The best jazz soloists learn to be both expansive and economical. As Dizzy once said, it can take a lifetime to learn “what not to play.” Along with the craft of selecting notes with precision, a musician must also master the art of making each of those notes count, so even the most sparsely articulated statement is fully realized.
This, in fact, is how the Jazz Institute of Chicago, along with the city’s Department of Cultural Affairs and Special Events, tackled this year’s task of keeping the Chicago Jazz Festival a four-day event in the face of diminished funding. Obviously it wasn’t going to be possible to program nonstop, back-to-back performances all Labor Day weekend; thus, like a soloist picking his or her spots carefully, the festival planners emphasized both economy and focus in their scheduling.
The lineup on the opening Thursday was expanded to include six daytime events at various downtown locations, as well as Randy Weston’s highly anticipated evening performance at the Jay Pritzker Pavilion in Millennium Park. Unlike in previous years, however, Friday consisted of only three performances, all in the late afternoon and evening. The result, at risk of milking an analogy, was akin to a well-crafted jazz improvisation: plenty of choice moments interspersed with silent spaces that highlighted, rather than diminished, the importance of what preceded and followed them. (Saturday and Sunday, as usual, ran from noon until about 10:30 p.m. in the traditional Grant Park location.)
Cellist Tomeka Reid set the tone for the evening at the Pritzker on Thursday, conducting the 18-piece Chicago Jazz Ensemble in a debut of her composition “A Testimony of Faith.” Featuring ceremonial-sounding percussion from both CJE drummer/artistic director Dana Hall and special guest Avreeayl Ra, stately, bass-heavy ensemble passages, and a penultimate section in 5/4 that seemed to invoke the traditional ring shout in both form and feel, it served as a kind of invocation, a welcoming to the ancestral spirits as they arrived to share and partake of Randy Weston’s featured tour de force.
Weston’s appearance was both a celebration of his 85th birthday and a tribute to his longtime collaborator Melba Liston. The set highlighted pieces arranged by Liston, including an excerpt from Weston’s suite African Sunrise, which he’d debuted at the 1984 Chicago Jazz Festival with a lineup that included Liston on trombone and Dizzy Gillespie on lead trumpet, and which he also performed at a return engagement in 1998. Most of the other offerings also reflected themes associated with African freedom given resonance by Liston’s complex yet uncluttered voicings laid atop multi-textured rhythms. Weston’s imposing physical presence- regal, dignified, radiating joy and implacable grace-was replicated in his playing, which was both praiseful and adventurous; other soloists, especially Dana Hall and trumpeter Pharez Whitted, likewise melded ebullience and steadfast, liberation-driven intensity.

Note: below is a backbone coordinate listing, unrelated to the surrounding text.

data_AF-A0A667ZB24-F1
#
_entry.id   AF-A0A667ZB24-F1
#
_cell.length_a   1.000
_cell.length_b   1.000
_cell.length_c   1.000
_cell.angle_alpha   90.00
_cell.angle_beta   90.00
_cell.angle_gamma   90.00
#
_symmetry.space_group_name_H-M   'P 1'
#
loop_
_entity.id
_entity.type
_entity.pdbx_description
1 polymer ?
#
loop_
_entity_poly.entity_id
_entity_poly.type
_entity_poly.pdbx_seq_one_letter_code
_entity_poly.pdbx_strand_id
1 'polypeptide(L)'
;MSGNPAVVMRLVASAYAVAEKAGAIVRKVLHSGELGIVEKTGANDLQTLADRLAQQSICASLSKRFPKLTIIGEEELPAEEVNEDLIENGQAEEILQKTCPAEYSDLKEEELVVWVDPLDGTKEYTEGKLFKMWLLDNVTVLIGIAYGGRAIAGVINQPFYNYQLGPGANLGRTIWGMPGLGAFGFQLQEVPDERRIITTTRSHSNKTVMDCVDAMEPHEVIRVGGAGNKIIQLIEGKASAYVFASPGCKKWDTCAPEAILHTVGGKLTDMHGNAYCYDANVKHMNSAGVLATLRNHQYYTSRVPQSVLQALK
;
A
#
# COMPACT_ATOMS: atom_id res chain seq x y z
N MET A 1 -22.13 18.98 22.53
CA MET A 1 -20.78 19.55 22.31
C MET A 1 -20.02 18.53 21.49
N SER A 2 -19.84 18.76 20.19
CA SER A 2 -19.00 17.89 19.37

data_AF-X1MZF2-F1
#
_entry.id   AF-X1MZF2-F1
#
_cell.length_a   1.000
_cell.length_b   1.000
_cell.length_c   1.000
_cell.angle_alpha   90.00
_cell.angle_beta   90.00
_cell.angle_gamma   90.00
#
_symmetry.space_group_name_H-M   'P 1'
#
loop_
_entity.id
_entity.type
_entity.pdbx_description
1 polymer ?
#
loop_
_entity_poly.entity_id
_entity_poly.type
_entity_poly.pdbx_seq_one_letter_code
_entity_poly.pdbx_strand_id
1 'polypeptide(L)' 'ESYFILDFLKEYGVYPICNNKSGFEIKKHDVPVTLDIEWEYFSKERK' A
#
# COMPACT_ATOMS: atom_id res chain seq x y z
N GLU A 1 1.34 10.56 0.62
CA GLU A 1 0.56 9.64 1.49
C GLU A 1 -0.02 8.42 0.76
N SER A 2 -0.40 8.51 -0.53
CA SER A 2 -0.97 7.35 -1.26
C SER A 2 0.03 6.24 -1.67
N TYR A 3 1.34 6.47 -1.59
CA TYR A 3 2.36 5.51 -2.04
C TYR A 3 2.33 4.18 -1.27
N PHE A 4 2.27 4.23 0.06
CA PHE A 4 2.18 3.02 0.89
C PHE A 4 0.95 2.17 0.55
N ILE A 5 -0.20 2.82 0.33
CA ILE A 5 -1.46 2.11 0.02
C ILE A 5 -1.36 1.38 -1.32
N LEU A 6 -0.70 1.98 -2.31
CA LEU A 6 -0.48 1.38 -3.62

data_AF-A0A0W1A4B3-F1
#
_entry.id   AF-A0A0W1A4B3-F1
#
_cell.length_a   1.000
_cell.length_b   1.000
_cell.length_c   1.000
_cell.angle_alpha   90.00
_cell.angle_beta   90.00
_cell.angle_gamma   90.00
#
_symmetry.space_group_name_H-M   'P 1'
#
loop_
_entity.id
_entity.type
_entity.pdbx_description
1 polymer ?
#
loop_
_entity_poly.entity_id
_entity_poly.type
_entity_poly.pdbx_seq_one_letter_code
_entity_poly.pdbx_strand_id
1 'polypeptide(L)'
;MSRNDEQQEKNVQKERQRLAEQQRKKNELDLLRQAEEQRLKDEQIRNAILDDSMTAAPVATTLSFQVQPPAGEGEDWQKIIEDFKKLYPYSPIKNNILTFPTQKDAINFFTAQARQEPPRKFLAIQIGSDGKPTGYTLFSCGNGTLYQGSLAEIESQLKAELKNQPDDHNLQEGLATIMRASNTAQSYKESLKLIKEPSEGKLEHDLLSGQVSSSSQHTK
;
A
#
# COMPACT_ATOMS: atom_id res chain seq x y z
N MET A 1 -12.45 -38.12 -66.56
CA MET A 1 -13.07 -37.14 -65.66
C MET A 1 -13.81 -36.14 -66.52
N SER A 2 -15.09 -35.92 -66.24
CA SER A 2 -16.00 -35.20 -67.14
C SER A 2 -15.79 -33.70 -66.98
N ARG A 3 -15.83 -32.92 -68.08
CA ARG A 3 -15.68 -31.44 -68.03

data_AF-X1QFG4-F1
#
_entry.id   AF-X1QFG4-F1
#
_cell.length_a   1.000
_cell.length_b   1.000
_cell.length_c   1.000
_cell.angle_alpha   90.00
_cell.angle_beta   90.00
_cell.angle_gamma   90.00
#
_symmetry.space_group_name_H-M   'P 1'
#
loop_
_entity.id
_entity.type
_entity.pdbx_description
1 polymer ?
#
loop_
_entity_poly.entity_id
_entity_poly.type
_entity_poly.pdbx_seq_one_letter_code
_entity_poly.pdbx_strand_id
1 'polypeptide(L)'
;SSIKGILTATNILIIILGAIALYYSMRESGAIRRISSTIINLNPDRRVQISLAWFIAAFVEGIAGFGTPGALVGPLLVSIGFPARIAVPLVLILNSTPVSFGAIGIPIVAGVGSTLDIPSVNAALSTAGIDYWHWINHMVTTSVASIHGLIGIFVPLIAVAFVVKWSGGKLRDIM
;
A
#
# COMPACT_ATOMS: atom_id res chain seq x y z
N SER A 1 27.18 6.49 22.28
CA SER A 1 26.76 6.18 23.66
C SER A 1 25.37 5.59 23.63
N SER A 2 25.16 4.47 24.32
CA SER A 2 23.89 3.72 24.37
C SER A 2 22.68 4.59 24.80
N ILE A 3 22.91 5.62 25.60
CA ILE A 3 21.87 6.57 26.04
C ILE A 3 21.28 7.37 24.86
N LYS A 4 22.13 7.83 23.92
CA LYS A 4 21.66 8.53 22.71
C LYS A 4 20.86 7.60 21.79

On Friday night, the mood at the Pritzker was no less joyful but a lot funkier. From the first swirling cadences out of Chris Foreman’s Hammond B3, it was clear that the Deep Blue Organ Trio was about to take everyone, in the words of the late R&B singer Johnnie Taylor, to “the soul side of town.” The interplay among Foreman, guitarist Bobby Broom and drummer Greg Rockingham was cool, bluesy and swinging in the great soul-jazz tradition, and when alto saxophonist Bobby Watson came onboard (all too briefly) to stir things up even more with his church-flavored hard-bop lines, you could almost smell the greens and hamhocks cooking. Especially savory were selections from Wonderful!, the trio’s Stevie Wonder tribute CD on Origin. They brought rich-grooved, sophisticated hipness to such Stevie standards as “Jesus Children of America” and “My Cherie Amour,” and they recast his “Tell Me Something Good,” originally a novelty hit in 1974 for Rufus featuring Chaka Khan, as an easy-loping workout abrim with sensual grace.
Booking the Saxophone Summit-Joe Lovano, David Liebman and Ravi Coltrane, along with pianist Phil Markowitz, bassist Cecil McBee and drummer Billy Hart-after Deep Blue took both chutzpah and faith. Would a crowd attuned to the trio’s nightclubby vibe have ears big enough to handle the uncompromisingly free explorations of Lovano, Liebman and Coltrane as they paid tribute to Coltrane’s legendary father? Yes, as it turned out, and all the more remarkably, perhaps, given that the selections they chose to highlight were mostly from Trane’s most challenging and controversial period. Their set included two movements from 1965’s Meditations (“The Father and the Son and the Holy Ghost” and “Compassion”), “India” (the closest thing to a Coltrane “standard” on offer), and “Seraphic Light” (from Stellar Regions, a 1995 release culled from one of Trane’s last studio sessions).
For the first twenty minutes or so, it sounded as if the three hornmen were trying to out-Trane Trane-a hopeless task, especially when you consider that Trane himself was the master of deconstructing his own music. Finally, about midway through “Compassion,” pianist Markowitz began inserting some new motifs into the maelstrom, and from that moment on things improved significantly. After an extended segue, featuring Lovano on flute and Liebman on wood flute with Ravi Coltrane moaning softly on tenor, “Compassion” gave way to “India,” which itself evolved into an almost entirely new composition, with fresh harmonic and melodic conceits adding both color and texture to the sometimes-monotonous modal drone of the original. With “Seraphic Light,” conventional scalar and chordal concepts were again abandoned in favor of no-holds-barred eruptions into new forms and new space. Yet through it all, the overall sound remained crisp and uplifting, even soothing-which may ultimately be Coltrane’s most profound and challenging musical lesson: attaining harmony through dissonance.